Securities Law: What Investment Advisors Need to Know About New SEC Limits on Disgorgement

On June 22, 2020, a ruling by The U.S. Supreme Court placed new limits on the Securities and Exchange Commission’s (SEC’s) practice around disgorgement – which forces defendants to surrender profits obtained through fraud as part of its enforcement of investor-protection laws in federal courts.

According to the ruling, while the SEC can continue to get disgorgement of ill-gotten gains from people who violated the securities laws, they must do it “equitably and be no more than the total of the ill-gotten profits.” While the ruling on its own should not materially change how disgorgement operates in the investment adviser space, it will change how the SEC calculates how much the wrongdoers owe back to the SEC and back to the original investors who were defrauded.

Here’s what you need to know:

According to National Law Review the case arose from an investment fund operated by petitioners Charles Liu and Xin Wang which raised nearly $27 million from foreign nationals seeking to qualify for U.S. immigrant visas by investing in U.S. businesses. The petitioners did not use the invested funds on a cancer treatment center in California as represented, but instead diverted funds to their own accounts and improperly misappropriated and spent the rest.

 As a result of the SEC’s investigation, the Division of Enforcement filed a lawsuit in U.S. District Court. The Court ultimately ordered petitioners to disgorge roughly $19 million pursuant to Section 21(d) of the Securities Exchange Act of 1934—which provides for “any equitable relief that may be appropriate or necessary” as a potential remedy available to the SEC in enforcement actions in federal court. The Ninth Circuit affirmed, citing longstanding precedent authorizing disgorgement. Petitioners Liu and Wang then petitioned the Supreme Court for review.

Writing for an 8–1 majority, Justice Sonia Sotomayor explained the following:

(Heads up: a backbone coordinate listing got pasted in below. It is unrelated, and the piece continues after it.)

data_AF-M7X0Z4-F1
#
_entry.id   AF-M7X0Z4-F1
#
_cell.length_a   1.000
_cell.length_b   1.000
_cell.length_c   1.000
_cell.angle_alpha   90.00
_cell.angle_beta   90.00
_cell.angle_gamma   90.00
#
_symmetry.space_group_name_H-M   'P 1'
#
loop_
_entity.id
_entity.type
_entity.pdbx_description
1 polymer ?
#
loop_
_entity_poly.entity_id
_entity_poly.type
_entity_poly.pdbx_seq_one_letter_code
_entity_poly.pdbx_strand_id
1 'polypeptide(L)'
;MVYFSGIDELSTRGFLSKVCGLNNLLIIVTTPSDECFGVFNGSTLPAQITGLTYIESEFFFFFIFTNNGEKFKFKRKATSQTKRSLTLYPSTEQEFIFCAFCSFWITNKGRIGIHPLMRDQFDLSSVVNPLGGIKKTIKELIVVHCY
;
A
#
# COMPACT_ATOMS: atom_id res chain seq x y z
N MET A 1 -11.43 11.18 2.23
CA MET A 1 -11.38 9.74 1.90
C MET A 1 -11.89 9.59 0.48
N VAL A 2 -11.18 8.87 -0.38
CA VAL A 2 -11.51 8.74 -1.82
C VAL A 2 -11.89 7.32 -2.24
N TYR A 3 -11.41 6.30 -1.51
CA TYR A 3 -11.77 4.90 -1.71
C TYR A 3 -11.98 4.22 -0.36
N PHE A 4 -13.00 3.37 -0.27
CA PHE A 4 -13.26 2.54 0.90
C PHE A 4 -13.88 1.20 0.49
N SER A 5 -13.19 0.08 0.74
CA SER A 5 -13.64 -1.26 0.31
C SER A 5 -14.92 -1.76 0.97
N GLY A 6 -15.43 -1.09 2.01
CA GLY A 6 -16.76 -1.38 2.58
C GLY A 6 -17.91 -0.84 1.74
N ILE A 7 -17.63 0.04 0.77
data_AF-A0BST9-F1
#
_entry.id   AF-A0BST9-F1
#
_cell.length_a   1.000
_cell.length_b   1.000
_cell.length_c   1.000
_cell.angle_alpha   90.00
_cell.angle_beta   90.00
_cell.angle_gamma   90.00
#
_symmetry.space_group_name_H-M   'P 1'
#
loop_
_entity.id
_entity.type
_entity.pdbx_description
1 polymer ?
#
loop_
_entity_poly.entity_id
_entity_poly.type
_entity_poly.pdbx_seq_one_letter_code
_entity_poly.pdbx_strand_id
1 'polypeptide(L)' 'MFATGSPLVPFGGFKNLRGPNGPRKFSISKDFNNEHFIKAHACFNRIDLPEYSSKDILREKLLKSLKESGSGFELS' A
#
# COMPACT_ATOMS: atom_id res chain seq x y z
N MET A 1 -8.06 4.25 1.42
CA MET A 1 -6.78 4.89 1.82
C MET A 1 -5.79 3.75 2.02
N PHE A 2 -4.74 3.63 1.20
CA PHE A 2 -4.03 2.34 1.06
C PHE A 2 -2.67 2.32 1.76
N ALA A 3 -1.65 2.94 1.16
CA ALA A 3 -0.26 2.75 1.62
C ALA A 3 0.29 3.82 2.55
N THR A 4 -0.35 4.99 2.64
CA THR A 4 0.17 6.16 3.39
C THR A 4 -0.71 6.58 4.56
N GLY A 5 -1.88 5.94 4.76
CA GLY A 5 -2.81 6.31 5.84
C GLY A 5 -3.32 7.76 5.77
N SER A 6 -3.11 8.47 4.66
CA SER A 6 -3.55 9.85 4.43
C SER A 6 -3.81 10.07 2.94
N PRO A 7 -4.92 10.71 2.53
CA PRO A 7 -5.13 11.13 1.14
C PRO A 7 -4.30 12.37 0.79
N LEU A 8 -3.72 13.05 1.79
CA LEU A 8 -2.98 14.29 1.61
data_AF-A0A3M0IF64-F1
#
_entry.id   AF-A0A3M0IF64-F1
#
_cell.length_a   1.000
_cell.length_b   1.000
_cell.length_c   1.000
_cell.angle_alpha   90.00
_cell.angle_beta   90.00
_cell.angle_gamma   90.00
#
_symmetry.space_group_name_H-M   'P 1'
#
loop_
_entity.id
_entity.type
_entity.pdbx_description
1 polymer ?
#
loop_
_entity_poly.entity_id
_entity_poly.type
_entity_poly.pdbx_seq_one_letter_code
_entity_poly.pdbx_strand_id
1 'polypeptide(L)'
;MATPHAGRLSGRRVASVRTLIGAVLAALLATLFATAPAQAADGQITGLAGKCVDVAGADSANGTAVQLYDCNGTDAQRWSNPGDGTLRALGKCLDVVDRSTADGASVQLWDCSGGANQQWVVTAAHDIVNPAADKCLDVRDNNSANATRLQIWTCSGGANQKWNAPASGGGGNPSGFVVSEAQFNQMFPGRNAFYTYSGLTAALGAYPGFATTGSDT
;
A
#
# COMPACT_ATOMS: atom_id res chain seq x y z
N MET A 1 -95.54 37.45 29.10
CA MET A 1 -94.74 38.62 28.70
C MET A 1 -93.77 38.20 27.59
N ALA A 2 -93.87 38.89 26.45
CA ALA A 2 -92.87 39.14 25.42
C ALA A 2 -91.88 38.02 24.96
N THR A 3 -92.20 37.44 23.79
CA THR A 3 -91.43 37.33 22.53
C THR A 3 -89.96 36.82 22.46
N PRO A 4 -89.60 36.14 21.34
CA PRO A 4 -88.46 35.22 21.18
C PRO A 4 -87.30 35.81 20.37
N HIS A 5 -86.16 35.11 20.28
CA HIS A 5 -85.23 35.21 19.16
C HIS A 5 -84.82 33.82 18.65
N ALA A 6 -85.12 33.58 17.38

The disgorgement award “must do more than simply benefit the public at large by depriving a wrongdoer of ill-gotten gains.”

The disgorgement remedy should be limited to the wrongdoer’s net unlawful profits or the “gain made upon any business or investment, when both the receipts and [expenses] are taken into account.”

Disgorgement should be limited to the profits obtained by each individual defendant. The court expressly called into question more expansive bases for disgorgement awards, such as pursuit of profits under a joint-and-several liability theory.

Worth noting, The Court stopped short of deciding on the specific factual application of these limitations to the facts of the Liu case, or rule that the petitioners’ disgorgement was an unlawful penalty. Instead, the Court remanded the case to the lower courts for inquiry.

SEC Will Continue to Focus on Investment Advisors:

 The SEC’s ability to pursue disgorgement in such cases will allow the SEC to continue to bring adviser cases as a significant part of its docket in the months and years ahead.

As SEC Chairman Jay Clayton remarked, “investment advisers play a vital and trusted role in our markets … Regardless of the scope and duration of the investment advisory services, investment advisers are fiduciaries and, as such, their duties of care and loyalty require them to disclose their conflicts of interest, including financial incentives.”

What This Could Mean for Investment Advisors:

For now, the SEC will likely continue to seek disgorgement under familiar theories pre-Liu. Savvy investment advisors should be ready to push back on Commission overreach and use the findings of the Supreme Court in Liu to their advantage. Best practices for companies to consider today include:

  • Understand relationships with employees, joint venture partners, agents, and other affiliated entities that could impact future joint-and-several liability.
  • Understand accounting issues at play in the business under review.
  • Understand all expenses relevant to the conduct at issue, and those expenses’ relationship to business operations outside of the allegedly improper scheme. Be prepared to justify those expenses to avoid paying them in disgorgement later.
  • Keep up to date on the lower court reactions to the Liu decision, and seek advice from experienced counsel when questions arise.

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